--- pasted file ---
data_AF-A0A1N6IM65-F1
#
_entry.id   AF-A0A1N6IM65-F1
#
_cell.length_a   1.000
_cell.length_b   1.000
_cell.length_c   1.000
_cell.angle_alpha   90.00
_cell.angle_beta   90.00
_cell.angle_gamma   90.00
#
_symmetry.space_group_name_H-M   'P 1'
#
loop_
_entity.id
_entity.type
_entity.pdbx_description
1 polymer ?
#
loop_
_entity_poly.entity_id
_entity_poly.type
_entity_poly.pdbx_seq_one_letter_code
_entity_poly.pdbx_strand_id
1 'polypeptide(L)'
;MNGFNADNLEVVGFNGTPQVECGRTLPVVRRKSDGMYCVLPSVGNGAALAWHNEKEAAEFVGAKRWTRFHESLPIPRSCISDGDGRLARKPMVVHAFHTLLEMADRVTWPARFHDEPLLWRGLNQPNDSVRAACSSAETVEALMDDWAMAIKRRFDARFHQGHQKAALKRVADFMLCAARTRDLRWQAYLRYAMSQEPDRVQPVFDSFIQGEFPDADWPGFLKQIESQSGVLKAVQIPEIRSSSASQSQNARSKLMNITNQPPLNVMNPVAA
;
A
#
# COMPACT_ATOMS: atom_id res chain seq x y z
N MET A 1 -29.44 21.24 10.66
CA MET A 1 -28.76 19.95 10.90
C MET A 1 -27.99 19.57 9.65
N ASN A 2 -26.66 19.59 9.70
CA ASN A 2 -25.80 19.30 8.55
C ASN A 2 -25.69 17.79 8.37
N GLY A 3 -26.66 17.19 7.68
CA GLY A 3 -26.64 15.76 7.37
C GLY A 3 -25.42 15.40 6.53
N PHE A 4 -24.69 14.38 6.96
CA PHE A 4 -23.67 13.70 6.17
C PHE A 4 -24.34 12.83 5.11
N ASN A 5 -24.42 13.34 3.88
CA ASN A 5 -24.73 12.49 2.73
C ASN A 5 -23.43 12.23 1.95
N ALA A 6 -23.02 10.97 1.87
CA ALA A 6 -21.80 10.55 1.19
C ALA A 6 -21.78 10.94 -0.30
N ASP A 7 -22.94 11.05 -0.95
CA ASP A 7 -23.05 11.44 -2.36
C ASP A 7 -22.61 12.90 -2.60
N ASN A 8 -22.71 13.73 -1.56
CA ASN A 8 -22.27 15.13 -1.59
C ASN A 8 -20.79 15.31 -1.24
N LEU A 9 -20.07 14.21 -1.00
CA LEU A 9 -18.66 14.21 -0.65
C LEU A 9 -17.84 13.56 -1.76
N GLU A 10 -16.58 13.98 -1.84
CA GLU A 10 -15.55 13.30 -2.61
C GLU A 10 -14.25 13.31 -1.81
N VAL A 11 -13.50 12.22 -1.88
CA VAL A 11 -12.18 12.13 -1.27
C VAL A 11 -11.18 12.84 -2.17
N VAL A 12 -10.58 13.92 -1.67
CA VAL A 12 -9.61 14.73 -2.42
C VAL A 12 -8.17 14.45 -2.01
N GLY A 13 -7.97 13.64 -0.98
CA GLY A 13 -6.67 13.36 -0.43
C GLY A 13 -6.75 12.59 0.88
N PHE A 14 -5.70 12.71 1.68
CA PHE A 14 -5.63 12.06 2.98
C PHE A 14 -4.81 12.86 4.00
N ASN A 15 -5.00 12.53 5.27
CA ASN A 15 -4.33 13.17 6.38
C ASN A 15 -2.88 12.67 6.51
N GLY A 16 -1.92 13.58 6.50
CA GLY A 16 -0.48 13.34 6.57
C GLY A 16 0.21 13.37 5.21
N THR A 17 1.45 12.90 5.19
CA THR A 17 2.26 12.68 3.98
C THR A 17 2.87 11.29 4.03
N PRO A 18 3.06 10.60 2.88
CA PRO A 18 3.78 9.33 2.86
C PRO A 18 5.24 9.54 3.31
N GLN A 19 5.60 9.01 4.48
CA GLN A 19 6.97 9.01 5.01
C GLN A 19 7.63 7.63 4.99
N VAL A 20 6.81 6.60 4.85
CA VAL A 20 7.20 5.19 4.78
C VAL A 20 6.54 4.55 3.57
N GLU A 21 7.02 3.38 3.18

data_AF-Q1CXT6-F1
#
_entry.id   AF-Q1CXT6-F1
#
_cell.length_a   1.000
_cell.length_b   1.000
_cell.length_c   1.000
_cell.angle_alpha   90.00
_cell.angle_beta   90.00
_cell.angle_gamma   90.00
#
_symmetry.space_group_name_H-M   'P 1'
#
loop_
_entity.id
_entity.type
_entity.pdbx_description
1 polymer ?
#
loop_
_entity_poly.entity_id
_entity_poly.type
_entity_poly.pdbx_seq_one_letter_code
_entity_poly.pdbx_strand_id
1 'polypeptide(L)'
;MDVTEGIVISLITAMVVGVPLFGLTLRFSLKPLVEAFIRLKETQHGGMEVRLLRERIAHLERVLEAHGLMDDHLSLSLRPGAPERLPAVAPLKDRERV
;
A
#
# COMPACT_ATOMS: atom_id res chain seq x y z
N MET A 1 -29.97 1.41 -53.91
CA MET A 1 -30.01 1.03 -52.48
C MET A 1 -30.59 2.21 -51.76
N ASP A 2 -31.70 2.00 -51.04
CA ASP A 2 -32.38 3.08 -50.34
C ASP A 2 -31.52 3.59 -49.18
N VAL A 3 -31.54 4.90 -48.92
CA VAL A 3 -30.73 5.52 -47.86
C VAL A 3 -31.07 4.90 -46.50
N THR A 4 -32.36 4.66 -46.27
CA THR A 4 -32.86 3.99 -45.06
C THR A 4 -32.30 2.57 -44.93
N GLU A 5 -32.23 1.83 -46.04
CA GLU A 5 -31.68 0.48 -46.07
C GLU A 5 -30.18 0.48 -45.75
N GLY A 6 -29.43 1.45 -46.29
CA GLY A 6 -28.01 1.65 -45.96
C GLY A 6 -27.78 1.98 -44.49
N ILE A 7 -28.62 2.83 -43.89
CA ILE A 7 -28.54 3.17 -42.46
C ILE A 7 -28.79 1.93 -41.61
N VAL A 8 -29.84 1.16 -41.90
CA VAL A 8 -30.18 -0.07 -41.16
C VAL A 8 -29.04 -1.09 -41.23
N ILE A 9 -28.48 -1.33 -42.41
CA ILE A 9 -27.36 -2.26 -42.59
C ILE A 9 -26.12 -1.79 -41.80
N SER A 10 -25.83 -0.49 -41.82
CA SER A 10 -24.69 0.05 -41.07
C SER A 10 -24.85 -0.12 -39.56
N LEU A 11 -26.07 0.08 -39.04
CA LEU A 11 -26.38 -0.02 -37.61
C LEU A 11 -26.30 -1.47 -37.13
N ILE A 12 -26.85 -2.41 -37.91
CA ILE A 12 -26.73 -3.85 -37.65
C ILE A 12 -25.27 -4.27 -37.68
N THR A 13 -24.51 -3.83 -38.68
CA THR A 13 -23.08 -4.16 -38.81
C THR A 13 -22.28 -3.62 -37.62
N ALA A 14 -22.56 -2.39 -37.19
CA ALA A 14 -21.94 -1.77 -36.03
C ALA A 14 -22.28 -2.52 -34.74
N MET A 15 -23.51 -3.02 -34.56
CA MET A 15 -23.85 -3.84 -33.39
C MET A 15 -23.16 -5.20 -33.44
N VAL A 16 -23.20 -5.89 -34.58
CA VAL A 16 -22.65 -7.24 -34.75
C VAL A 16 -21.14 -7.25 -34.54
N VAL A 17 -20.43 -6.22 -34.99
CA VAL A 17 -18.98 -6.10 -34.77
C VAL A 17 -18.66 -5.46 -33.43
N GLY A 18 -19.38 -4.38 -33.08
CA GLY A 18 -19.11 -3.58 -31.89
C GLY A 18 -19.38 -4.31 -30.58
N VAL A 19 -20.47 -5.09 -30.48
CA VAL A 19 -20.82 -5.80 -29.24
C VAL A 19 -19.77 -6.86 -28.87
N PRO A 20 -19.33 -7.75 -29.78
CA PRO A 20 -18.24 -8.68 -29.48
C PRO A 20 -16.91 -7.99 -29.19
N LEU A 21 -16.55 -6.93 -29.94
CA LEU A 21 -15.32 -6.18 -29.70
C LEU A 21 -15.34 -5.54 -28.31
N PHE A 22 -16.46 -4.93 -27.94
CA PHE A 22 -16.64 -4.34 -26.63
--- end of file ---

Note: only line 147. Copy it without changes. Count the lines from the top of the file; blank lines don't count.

CA ILE A 9 -27.36 -2.26 -42.59